We present stellar evolutionary sequences for asymptotic giant branch (AGB) stars in the Magellanic Cloud clusters NGC 1978, NGC 1846, and NGC 419. The new stellar models for the three clusters match the observed effective temperatures on the giant branches, the oxygen-rich to carbon-rich transition luminosities, and the AGB-tip luminosities. A major finding is that a large amount of convective overshoot (up to 3 pressure scale heights) is required at the base of the convective envelope during third dredge-up in order to get the correct oxygen-rich to carbon-rich transition luminosity. The stellar evolution sequences are used as input for detailed nucleosynthesis calculations. For NGC 1978 and NGC 1846 we compare our model results to the observationally derived abundances of carbon and oxygen. We find that additional mixing processes (extra mixing) are required to explain the observed abundance patterns. For NGC 1846 we conclude that non-convective extra mixing processes are required on both the red giant branch and the AGB, in agreement with previous studies. For NGC 1978 it is possible to explain the C/O and 12C/13C abundances of both the O-rich and the C-rich AGB stars by assuming that the material in the intershell region contains high abundances of both C and O. This may occur during a thermal pulse when convective overshoot at the inner edge of the flash-driven convective pocket dredges C and O from the core to the intershell. For NGC 419 we provide our predicted model abundance values although there are currently no published observed abundance studies for the AGB stars in this cluster.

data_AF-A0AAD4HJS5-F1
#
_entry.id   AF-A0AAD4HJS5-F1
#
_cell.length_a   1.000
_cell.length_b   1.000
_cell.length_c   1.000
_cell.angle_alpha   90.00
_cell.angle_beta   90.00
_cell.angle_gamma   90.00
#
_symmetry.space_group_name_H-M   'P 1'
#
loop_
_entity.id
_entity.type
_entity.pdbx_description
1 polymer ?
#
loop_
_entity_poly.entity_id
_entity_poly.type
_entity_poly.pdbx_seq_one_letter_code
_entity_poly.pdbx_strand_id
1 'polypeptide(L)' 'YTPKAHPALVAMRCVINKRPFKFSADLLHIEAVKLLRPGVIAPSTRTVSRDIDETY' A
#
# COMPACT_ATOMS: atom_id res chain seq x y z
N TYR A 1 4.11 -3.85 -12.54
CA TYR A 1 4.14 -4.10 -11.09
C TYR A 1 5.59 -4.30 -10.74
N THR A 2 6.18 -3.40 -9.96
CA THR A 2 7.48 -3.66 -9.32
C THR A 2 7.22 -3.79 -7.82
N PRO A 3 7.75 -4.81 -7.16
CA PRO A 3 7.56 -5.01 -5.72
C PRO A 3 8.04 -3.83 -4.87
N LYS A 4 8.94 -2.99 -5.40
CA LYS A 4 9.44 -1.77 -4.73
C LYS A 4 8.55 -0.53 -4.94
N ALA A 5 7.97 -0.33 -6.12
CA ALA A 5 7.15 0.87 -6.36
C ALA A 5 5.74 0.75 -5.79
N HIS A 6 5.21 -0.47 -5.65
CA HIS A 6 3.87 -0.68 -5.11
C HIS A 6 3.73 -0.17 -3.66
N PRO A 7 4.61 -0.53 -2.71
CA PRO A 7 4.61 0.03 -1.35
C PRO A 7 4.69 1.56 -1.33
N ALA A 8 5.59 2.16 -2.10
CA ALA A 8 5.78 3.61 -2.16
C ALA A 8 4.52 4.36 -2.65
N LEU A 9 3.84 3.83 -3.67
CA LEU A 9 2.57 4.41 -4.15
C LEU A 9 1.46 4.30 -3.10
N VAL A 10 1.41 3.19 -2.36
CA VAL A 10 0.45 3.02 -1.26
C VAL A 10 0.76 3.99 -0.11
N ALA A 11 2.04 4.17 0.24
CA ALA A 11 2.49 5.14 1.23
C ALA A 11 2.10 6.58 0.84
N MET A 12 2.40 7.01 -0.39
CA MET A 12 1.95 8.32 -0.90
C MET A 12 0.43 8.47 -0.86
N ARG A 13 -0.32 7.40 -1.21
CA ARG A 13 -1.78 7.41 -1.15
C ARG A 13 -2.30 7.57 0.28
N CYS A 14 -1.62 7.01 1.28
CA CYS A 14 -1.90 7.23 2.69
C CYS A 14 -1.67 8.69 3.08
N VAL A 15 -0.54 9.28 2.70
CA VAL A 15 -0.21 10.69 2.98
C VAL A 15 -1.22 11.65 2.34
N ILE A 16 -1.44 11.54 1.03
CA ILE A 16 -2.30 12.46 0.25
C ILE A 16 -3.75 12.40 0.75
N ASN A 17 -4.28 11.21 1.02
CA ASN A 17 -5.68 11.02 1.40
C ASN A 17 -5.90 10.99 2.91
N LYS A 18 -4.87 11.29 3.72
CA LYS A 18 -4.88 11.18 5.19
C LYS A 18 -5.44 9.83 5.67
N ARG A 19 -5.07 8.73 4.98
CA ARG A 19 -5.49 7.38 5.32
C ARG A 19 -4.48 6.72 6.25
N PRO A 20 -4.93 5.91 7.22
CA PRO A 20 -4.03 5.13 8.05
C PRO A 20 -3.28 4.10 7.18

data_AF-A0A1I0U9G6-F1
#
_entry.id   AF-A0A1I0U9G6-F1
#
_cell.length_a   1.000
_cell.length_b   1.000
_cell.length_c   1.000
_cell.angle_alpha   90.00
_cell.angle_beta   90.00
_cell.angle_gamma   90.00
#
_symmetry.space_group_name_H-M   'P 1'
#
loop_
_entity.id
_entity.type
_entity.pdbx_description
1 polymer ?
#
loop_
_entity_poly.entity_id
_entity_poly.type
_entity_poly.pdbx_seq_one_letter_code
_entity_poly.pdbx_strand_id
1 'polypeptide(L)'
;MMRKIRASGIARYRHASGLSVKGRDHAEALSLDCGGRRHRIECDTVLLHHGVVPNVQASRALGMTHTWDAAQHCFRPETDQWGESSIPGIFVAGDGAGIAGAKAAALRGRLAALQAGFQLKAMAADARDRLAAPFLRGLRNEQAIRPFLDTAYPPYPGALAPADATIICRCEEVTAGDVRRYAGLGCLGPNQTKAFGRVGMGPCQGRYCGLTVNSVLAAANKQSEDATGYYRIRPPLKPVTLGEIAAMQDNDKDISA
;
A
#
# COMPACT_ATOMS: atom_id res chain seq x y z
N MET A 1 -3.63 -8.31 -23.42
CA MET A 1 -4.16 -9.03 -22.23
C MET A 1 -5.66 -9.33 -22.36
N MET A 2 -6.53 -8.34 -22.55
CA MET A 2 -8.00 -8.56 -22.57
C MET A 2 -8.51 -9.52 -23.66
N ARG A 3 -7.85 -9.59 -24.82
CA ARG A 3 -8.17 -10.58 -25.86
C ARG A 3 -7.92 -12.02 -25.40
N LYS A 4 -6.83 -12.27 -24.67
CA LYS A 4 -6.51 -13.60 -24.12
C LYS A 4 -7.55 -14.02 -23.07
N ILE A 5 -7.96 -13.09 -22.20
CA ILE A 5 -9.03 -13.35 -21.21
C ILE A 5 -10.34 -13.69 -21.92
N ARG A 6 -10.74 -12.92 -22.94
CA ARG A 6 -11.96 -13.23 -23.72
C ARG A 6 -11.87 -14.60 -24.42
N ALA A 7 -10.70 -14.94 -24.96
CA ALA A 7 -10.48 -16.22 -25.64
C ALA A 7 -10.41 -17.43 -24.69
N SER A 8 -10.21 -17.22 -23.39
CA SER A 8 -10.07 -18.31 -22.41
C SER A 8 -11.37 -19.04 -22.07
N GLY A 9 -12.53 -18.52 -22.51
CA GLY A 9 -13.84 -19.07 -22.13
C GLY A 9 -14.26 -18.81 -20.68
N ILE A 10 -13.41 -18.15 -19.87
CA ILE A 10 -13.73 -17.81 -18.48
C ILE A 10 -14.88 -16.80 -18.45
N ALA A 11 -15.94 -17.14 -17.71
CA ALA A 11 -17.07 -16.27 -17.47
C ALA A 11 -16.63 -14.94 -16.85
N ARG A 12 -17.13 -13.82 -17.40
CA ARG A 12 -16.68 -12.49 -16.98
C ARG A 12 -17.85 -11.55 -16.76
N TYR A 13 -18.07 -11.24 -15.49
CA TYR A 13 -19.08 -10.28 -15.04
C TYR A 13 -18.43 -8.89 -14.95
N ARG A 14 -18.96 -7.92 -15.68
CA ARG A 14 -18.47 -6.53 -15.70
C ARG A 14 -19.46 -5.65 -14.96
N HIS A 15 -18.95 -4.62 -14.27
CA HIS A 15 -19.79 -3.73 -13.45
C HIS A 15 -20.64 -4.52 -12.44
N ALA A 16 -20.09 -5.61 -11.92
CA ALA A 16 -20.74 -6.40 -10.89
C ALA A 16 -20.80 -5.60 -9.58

- galaxies: star clusters: individual (NGC 1978, NGC 419, NGC 1846)
- Magellanic Clouds
- nuclear reactions, nucleosynthesis, abundances
- stars: abundances
- stars: AGB and post-AGB
- stars: evolution
Kamath, D., Karakas, A. I., & Wood, P. R. (2012). Evolution and nucleosynthesis of asymptotic giant branch stars in three Magellanic Cloud clusters. Astrophysical Journal, 746(1), . https://doi.org/10.1088/0004-637X/746/1/20